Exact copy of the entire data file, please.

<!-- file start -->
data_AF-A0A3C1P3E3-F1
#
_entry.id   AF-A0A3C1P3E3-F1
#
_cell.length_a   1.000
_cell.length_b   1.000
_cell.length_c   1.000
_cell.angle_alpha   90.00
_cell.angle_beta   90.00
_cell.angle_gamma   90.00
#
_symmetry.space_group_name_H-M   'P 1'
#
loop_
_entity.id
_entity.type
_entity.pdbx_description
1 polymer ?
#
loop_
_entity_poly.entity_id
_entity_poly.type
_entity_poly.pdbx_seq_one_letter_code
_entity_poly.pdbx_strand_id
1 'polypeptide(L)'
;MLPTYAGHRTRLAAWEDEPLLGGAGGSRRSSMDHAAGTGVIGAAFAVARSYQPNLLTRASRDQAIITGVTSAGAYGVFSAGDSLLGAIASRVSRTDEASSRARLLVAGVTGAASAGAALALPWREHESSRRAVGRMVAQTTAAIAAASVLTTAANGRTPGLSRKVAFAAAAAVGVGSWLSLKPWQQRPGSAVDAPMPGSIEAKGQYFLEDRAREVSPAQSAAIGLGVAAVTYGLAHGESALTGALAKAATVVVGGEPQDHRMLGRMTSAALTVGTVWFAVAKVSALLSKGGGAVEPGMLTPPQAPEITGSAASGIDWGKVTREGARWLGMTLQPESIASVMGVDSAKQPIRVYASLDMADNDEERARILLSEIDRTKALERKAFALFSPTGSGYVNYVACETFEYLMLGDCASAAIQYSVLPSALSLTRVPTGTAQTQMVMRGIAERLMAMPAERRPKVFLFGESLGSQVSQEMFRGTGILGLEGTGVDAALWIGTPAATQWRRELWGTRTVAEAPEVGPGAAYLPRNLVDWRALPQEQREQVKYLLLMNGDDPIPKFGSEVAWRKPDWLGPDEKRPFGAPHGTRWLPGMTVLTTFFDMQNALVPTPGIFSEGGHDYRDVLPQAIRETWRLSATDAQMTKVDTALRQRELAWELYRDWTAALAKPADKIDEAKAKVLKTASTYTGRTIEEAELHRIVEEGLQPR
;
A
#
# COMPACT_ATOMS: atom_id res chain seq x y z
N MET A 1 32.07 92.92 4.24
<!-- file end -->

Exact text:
data_AF-A0A3C1P3E3-F1
#
_entry.id   AF-A0A3C1P3E3-F1
#
_cell.length_a   1.000
_cell.length_b   1.000
_cell.length_c   1.000
_cell.angle_alpha   90.00
_cell.angle_beta   90.00
_cell.angle_gamma   90.00
#
_symmetry.space_group_name_H-M   'P 1'
#
loop_
_entity.id
_entity.type
_entity.pdbx_description
1 polymer ?
#
loop_
_entity_poly.entity_id
_entity_poly.type
_entity_poly.pdbx_seq_one_letter_code
_entity_poly.pdbx_strand_id
1 'polypeptide(L)'
;MLPTYAGHRTRLAAWEDEPLLGGAGGSRRSSMDHAAGTGVIGAAFAVARSYQPNLLTRASRDQAIITGVTSAGAYGVFSAGDSLLGAIASRVSRTDEASSRARLLVAGVTGAASAGAALALPWREHESSRRAVGRMVAQTTAAIAAASVLTTAANGRTPGLSRKVAFAAAAAVGVGSWLSLKPWQQRPGSAVDAPMPGSIEAKGQYFLEDRAREVSPAQSAAIGLGVAAVTYGLAHGESALTGALAKAATVVVGGEPQDHRMLGRMTSAALTVGTVWFAVAKVSALLSKGGGAVEPGMLTPPQAPEITGSAASGIDWGKVTREGARWLGMTLQPESIASVMGVDSAKQPIRVYASLDMADNDEERARILLSEIDRTKALERKAFALFSPTGSGYVNYVACETFEYLMLGDCASAAIQYSVLPSALSLTRVPTGTAQTQMVMRGIAERLMAMPAERRPKVFLFGESLGSQVSQEMFRGTGILGLEGTGVDAALWIGTPAATQWRRELWGTRTVAEAPEVGPGAAYLPRNLVDWRALPQEQREQVKYLLLMNGDDPIPKFGSEVAWRKPDWLGPDEKRPFGAPHGTRWLPGMTVLTTFFDMQNALVPTPGIFSEGGHDYRDVLPQAIRETWRLSATDAQMTKVDTALRQRELAWELYRDWTAALAKPADKIDEAKAKVLKTASTYTGRTIEEAELHRIVEEGLQPR
;
A
#
# COMPACT_ATOMS: atom_id res chain seq x y z
N MET A 1 32.07 92.92 4.24